KUALA LUMPUR: Every day, Nazirul Akhmar endures a 90-minute journey covering a distance of some 31km to get to his workplace at KL Sentral from Rawang, on the outskirts of Kuala Lumpur.
He waits as early as 6.30am for a train from the Rawang KTM Komuter station, and if there is a delay, wastes between 30 minutes and an hour before a train comes or scrambles to find another means of transport.
The 23-year-old can’t afford a car so public transport is Nazirul’s only choice. If he had a car, the journey would probably take 30 to 40 minutes.
Many other Malaysians face similar woes using public transport on a daily basis to get to work — a problem the government understands and is addressing. But decades of poor planning and ease of car ownership have made improving public transport challenging. The challenges include ensuring that different transport systems are integrated and extended to outlying areas.
The Transport Ministry appears to measure success in improving the Klang Valley’s public transport system by the number of commuters, aiming for 750,000 next year.
In 2010, there were 238,313 people commuting daily on urban public transport systems, and 411,000 in October 2012. The increase was attributed to efforts under the National Key Result Areas on urban public transport, which is part of the Government Transformation Programme.
Syarikat Prasarana Negara Bhd has also noted the increase in public transport commuters, more so in the Klang Valley.
Senior manager of communications and media affairs Azhar Ghazali said daily ridership on RapidKL buses is about 300,000, followed by the LRT Kelana Jaya line (230,000) and the LRT Ampang line (180,000).
But punctuality and frequency of service are still major frustrations — Nazirul calls it “a game of luck”.
“Whenever there is a delay, we wait for another 20 minutes, sometimes maybe one hour. That is why I wait here so early in the morning. You know, my job actually starts at 10am,” he said.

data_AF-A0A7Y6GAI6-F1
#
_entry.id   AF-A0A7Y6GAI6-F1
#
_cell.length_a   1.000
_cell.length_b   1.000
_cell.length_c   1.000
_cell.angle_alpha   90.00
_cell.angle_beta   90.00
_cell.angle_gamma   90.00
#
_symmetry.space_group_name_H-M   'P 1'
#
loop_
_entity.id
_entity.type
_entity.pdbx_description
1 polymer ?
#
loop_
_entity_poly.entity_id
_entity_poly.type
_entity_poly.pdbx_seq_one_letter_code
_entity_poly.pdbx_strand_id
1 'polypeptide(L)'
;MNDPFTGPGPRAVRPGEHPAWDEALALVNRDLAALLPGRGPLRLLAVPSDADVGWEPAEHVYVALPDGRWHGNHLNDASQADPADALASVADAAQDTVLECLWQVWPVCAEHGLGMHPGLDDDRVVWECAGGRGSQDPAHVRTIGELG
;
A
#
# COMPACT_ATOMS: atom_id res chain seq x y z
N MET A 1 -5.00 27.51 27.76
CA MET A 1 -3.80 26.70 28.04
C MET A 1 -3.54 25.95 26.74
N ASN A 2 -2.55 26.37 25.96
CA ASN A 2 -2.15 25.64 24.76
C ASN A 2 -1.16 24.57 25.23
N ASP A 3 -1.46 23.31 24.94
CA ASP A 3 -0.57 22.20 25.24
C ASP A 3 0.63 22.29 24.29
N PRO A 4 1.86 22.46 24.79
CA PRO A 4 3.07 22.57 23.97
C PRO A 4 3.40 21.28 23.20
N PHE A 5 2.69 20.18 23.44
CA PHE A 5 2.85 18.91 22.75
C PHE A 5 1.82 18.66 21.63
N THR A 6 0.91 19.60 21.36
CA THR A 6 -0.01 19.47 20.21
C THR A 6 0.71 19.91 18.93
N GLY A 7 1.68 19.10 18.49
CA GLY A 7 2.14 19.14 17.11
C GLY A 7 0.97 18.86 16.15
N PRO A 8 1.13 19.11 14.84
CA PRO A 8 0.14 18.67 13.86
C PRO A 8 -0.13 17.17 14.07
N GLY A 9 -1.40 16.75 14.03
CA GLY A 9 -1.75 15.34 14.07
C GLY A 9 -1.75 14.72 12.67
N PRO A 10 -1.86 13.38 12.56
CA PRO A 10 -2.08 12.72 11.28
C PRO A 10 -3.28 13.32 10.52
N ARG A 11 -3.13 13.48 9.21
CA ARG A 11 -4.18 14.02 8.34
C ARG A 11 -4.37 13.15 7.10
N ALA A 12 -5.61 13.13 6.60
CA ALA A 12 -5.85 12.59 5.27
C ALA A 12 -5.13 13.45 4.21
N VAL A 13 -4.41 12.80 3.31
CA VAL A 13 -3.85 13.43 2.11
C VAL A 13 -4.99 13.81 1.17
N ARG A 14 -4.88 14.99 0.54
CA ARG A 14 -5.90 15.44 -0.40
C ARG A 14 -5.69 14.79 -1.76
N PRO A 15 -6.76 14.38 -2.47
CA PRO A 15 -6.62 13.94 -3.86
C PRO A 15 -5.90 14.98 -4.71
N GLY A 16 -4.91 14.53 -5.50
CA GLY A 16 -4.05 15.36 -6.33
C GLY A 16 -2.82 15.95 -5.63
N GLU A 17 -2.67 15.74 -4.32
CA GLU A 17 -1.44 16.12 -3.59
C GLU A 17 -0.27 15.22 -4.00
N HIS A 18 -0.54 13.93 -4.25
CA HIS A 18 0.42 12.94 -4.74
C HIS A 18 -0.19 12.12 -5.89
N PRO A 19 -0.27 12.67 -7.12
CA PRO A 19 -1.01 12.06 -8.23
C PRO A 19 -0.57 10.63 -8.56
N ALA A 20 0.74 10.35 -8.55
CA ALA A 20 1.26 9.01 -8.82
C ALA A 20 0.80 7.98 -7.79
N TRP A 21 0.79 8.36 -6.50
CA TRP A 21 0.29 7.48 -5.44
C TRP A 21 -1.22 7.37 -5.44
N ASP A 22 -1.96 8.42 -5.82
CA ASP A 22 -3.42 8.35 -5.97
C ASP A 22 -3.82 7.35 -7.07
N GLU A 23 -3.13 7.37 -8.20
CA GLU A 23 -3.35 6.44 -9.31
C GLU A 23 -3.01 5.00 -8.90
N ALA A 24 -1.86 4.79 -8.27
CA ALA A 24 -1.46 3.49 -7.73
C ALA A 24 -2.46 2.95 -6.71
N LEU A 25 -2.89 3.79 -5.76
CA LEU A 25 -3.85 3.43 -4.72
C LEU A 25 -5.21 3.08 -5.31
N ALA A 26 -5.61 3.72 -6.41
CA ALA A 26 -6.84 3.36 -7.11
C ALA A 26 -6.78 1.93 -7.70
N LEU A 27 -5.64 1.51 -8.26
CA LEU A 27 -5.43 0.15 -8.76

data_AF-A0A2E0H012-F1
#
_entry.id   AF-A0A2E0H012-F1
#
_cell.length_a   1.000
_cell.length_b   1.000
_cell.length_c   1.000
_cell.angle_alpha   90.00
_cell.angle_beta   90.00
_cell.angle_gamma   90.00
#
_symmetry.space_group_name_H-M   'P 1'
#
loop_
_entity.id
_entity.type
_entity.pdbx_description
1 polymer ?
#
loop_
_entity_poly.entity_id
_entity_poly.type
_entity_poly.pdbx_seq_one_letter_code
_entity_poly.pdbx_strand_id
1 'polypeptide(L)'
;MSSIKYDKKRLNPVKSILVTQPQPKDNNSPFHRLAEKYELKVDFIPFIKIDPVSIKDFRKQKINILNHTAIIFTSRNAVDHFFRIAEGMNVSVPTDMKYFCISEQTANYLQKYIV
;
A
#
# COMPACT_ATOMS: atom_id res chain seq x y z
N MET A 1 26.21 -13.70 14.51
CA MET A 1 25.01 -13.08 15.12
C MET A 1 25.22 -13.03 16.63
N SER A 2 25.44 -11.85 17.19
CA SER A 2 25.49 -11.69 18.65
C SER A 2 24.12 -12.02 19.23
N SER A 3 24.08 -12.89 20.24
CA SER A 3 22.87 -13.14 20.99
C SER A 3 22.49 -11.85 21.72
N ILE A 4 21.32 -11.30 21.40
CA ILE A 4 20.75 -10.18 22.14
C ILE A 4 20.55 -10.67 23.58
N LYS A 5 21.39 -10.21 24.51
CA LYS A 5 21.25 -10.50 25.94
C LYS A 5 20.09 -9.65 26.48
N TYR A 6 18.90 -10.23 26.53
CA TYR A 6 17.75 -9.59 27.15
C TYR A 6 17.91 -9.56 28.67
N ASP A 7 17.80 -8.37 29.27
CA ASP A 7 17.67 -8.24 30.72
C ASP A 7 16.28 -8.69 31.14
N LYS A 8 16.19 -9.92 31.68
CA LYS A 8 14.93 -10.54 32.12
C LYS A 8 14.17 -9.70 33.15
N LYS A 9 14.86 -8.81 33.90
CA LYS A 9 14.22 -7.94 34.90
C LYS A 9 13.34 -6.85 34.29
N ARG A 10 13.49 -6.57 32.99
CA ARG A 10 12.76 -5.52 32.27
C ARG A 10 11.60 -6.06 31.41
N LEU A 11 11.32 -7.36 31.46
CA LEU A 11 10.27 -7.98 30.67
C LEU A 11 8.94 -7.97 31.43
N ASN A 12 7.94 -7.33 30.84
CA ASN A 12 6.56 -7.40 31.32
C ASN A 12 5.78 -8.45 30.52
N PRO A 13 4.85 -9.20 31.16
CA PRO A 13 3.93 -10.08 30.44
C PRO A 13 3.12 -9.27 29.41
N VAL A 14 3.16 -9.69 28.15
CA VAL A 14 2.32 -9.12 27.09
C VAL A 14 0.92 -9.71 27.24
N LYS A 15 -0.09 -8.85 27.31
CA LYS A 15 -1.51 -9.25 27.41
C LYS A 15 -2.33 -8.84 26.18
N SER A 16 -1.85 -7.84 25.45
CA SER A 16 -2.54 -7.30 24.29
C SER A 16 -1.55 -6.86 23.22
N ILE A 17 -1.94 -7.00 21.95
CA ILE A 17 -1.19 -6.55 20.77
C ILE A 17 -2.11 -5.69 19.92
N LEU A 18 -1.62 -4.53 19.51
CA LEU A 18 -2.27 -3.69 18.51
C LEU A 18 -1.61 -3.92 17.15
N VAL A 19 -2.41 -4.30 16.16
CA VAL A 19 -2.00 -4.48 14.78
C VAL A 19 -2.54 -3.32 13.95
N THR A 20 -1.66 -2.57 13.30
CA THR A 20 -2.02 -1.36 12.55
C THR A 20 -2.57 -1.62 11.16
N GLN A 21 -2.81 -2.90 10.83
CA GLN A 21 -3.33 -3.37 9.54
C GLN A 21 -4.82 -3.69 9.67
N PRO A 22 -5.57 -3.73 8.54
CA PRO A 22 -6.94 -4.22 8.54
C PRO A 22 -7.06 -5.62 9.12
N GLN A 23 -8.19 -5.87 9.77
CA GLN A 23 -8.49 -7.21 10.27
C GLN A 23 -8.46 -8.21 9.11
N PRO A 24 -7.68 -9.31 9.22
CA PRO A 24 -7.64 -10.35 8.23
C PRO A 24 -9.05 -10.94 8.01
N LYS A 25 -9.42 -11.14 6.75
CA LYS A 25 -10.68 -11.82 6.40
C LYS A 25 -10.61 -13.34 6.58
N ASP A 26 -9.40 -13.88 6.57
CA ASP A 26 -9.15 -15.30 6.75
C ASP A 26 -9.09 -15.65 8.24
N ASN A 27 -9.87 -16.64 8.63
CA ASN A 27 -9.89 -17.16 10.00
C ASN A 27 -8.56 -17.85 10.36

Nazirul said improvements are urgently needed because more people are using public transport as more among the working class believe they can save money that way.
“RM10 a day to me is quite a lot. If you compare it with those who ride motorcycles, commuting is better. Not only is it safe, you can also save some cash. Nowadays, it is not as cheap as before to ride a motorcycle,” he said.
He said public transport users tend to be mostly from the lower- and middle-income groups.
“It is not so much because they hate the congestion but it is more about saving money wherever they can,” said Nazirul.
Maizathul Akmal, 26, also has complaints about delays in the bus service in Taman Melati, where she lives.
“There are just too many weaknesses. It is like they are operating without a proper system. The bus drivers, too, sometimes do not follow the daily schedule and routes. Most of the time, they are late and do not use the designated routes,” she said.
Maizathul said an urgent solution is needed to ensure that services provided are more efficient and reliable.
“The government must understand that more and more people are using public transport now,” she said.
Prasarana’s Azhar said RapidKL is working on various measures to resolve some of these issues, including hiring more drivers. “We have a shortage of about 500 drivers and this has affected our operations.”
Infrastructure is also being improved for monorail and LRT services in the city, he said.
Another public transport user, Silvia, 33, said the LRT service has improved over time and that it is still much faster and easier than using a car. But there is room for a lot more improvement, she said, in tandem with the growing number of public transport users.
“Nowadays, it can get too crowded during peak hours. The recent fuel price hike has forced many people to consider public transport,” she said. — The Malaysian Insider
This article first appeared in The Edge Financial Daily, on December 24, 2014.